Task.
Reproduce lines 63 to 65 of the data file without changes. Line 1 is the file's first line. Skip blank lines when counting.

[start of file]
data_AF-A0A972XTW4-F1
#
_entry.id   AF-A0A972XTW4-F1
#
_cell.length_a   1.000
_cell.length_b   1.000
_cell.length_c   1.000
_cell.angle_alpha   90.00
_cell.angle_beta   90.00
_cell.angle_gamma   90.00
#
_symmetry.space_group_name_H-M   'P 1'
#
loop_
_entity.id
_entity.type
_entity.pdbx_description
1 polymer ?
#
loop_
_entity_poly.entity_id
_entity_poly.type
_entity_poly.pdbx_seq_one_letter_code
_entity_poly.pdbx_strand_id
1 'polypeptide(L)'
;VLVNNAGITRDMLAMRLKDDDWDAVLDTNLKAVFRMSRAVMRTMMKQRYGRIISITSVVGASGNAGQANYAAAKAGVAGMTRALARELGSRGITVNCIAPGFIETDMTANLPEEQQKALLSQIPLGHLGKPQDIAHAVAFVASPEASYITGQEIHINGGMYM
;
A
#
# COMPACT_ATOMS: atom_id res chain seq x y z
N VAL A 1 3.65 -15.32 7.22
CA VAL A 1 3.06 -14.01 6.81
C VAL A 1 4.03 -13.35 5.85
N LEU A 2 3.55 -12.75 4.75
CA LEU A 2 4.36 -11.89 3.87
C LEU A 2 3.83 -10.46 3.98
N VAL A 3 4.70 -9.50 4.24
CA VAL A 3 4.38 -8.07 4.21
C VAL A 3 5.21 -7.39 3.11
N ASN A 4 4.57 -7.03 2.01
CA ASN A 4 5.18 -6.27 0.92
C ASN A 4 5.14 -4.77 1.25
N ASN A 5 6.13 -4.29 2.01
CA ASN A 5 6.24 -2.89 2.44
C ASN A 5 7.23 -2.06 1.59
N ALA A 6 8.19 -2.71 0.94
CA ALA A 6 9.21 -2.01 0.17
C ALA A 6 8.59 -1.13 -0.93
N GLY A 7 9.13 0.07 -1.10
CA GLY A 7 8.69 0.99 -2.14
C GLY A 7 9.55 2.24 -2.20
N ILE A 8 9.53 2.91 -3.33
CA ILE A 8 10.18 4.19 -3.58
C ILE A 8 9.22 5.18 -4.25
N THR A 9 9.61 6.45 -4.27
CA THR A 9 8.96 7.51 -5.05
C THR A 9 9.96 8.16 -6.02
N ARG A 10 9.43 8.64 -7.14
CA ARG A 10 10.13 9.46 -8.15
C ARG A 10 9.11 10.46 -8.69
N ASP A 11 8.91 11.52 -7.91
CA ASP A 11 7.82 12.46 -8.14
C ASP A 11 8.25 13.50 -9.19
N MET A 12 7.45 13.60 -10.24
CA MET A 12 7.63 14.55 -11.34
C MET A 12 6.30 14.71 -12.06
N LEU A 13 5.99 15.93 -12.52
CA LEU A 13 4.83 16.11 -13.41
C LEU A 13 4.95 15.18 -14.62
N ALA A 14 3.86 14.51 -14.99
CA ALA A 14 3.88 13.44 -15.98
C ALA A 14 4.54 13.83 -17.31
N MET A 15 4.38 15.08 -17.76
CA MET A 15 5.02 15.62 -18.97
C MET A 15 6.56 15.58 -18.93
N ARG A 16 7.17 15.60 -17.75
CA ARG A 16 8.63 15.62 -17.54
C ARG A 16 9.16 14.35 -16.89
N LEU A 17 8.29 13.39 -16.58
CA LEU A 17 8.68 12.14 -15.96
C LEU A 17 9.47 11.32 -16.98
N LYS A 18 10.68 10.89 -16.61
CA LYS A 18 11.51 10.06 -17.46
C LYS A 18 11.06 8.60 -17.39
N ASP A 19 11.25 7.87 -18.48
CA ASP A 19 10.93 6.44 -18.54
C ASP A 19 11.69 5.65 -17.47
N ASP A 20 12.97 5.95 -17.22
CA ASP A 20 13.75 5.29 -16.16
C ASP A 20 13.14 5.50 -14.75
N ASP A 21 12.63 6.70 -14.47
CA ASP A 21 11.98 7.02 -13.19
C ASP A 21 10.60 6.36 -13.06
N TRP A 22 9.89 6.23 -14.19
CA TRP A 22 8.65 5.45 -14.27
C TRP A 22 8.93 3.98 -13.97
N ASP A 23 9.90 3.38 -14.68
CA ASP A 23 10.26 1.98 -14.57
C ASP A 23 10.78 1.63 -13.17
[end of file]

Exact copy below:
C ASP A 11 8.25 13.50 -9.19
N MET A 12 7.45 13.60 -10.24
CA MET A 12 7.63 14.55 -11.34